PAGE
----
Gikfun SMD Infrared Reversing Radar - Project Finished
Gikfun Infrared Reversing Radar project - completed
I finished soldering this little DIY reversing radar project, my first soldering projecting involving SMT. As you can see if you look closely at the above photo, the soldering results were not beautiful, with a lot of variation and bumpiness in the resistor soldering joints, and a lot of ugliness on the joints for those two tiny TSSOP ICs. But, for all that, the device seems to be working fine. As I move my hand towards the receiving diode, the green LED lights up, and then the yellow, and then the red, as expected.
RP1 variable resistor controls the distance at which the LEDs light up. I'm honestly not sure exactly what RP2 does — I'm going to have to study the schematic some more. The basic concept of the board, as I understand it, is that the NE555 chip (the smaller IC) generates the pulses to be sent out the transmitting infrared LED. The signal that is received back is processed by the four op-amps on the larger LM324 IC. One op-amp amplifies the signal, while the other three are used in conjunction with a voltage divider network to do voltage comparison, and light up each of the color LEDs at the appropriate threshold of received signal amplitude.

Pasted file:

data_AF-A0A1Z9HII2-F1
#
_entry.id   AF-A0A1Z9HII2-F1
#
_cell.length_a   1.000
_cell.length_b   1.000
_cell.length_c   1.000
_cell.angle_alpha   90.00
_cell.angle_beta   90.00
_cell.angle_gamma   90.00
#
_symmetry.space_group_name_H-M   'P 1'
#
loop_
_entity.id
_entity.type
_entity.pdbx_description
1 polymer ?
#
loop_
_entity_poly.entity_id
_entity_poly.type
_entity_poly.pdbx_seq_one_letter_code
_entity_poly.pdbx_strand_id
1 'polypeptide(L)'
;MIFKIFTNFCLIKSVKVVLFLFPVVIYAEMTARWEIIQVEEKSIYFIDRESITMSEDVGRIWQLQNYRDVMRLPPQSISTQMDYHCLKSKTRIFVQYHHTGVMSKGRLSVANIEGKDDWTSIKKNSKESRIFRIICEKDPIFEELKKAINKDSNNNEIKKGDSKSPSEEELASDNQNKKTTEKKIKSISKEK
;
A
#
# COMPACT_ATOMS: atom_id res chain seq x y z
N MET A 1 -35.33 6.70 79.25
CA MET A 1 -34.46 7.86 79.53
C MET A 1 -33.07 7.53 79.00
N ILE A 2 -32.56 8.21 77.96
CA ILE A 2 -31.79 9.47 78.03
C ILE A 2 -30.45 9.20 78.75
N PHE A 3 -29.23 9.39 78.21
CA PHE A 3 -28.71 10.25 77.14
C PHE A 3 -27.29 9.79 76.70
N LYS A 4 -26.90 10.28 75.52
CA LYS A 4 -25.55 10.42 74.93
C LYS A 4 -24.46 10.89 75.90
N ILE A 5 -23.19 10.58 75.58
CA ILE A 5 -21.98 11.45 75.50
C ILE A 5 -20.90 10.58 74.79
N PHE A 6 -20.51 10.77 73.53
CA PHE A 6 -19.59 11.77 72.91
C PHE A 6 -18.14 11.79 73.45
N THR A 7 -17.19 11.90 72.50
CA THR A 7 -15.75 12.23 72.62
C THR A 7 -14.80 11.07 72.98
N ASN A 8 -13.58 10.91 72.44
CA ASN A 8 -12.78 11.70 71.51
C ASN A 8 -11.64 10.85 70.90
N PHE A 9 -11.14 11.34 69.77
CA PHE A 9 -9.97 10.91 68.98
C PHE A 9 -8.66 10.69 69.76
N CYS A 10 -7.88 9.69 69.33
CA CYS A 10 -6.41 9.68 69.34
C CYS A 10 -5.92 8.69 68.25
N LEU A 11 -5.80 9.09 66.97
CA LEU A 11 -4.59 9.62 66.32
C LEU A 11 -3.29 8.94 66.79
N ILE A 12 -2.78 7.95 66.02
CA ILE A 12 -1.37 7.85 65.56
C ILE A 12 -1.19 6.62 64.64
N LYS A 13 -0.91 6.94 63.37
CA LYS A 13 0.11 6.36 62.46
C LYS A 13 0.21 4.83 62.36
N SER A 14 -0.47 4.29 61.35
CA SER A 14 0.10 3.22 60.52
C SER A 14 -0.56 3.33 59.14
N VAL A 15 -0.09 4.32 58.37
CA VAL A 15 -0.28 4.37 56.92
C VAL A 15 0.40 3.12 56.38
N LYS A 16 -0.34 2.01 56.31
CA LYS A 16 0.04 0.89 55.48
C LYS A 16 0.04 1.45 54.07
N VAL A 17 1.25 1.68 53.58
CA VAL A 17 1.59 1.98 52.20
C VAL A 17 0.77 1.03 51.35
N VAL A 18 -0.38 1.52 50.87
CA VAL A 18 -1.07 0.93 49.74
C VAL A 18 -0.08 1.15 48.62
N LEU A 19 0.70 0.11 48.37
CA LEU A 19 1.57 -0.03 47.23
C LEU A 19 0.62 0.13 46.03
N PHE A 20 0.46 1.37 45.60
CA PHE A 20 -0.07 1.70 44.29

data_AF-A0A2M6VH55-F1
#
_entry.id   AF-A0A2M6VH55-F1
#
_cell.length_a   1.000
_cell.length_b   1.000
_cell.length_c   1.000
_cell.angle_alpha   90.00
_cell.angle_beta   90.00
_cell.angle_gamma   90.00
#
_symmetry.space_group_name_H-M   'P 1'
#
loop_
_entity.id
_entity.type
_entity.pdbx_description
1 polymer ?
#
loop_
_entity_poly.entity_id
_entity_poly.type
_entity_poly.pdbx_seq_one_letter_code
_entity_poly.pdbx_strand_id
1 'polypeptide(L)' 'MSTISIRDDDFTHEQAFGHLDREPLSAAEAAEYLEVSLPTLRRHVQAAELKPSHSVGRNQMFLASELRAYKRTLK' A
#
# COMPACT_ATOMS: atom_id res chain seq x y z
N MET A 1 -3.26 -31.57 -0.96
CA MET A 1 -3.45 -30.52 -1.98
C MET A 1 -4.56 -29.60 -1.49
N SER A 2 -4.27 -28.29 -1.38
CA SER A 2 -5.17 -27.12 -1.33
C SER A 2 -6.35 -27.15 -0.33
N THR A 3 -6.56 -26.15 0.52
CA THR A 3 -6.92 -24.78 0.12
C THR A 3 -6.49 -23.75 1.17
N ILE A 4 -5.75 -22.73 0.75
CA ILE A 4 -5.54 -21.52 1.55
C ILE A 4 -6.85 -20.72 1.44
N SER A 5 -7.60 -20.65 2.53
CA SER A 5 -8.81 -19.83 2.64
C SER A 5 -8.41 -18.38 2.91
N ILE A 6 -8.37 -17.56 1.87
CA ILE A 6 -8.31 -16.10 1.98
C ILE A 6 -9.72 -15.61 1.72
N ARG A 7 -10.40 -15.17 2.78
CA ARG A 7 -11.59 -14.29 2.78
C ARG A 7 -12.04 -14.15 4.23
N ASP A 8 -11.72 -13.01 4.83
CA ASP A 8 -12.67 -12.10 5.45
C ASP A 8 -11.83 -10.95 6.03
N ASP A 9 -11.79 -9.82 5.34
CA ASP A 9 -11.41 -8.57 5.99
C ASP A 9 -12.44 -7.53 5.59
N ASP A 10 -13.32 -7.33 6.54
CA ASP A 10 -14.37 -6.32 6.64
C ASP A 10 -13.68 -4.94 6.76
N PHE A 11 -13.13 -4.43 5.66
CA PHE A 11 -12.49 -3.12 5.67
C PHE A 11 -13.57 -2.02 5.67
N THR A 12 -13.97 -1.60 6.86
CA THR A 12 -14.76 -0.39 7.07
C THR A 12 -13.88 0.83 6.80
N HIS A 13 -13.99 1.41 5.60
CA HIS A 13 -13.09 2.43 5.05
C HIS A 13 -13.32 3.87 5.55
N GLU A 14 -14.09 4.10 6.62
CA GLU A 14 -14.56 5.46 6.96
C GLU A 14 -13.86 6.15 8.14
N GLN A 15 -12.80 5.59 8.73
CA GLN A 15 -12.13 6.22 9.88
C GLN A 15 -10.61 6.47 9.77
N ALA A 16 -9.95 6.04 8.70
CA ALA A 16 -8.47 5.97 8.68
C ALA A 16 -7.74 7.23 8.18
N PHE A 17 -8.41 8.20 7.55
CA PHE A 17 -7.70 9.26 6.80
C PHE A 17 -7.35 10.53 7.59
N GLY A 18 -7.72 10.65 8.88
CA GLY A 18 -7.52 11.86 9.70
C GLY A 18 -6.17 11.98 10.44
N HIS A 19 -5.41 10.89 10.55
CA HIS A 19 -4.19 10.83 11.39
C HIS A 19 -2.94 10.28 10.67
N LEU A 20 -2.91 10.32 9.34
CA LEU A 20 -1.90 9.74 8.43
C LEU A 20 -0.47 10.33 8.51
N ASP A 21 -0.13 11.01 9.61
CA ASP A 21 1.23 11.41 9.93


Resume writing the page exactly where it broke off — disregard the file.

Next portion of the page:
I'd like to try hand-soldering with larger SOIC ICs, which have larger leads, to see if that is significantly easier. I'm not sure if I'm too eager to do any more hand-soldering projects involving these tiny TSSOP ICs, though it is doable.
My understanding, from some brief Internet research, is that the cool kids these days are not hand-soldiering their SMT components, but instead using special solder pastes which you squeeze onto the pads, and then you heat the joint up with a non-contact torch. I might have to explore that some more.
Zephyrtronics solder paste
Anyway, this gikfun DIY kit was worth the money, with some caveats:
- Kit was complete without any missing pieces.
- Instruction sheet was good with schematics, tips, and a component list. The English was fairly good though obviously E2L.
- Final product works as expected.
- The main downside was that it uses the TSSOP ICs with very small leads. If you are learning SMT soldering for the first time, maybe a project with larger IC leads would be a nicer introduction.
- The power leads provided do not include any connector on the other end. So if you don't happen to have a clip-on 9 volt power supply, you'll need to attach something like a 9 volt battery connector, or use alligator clip jumpers.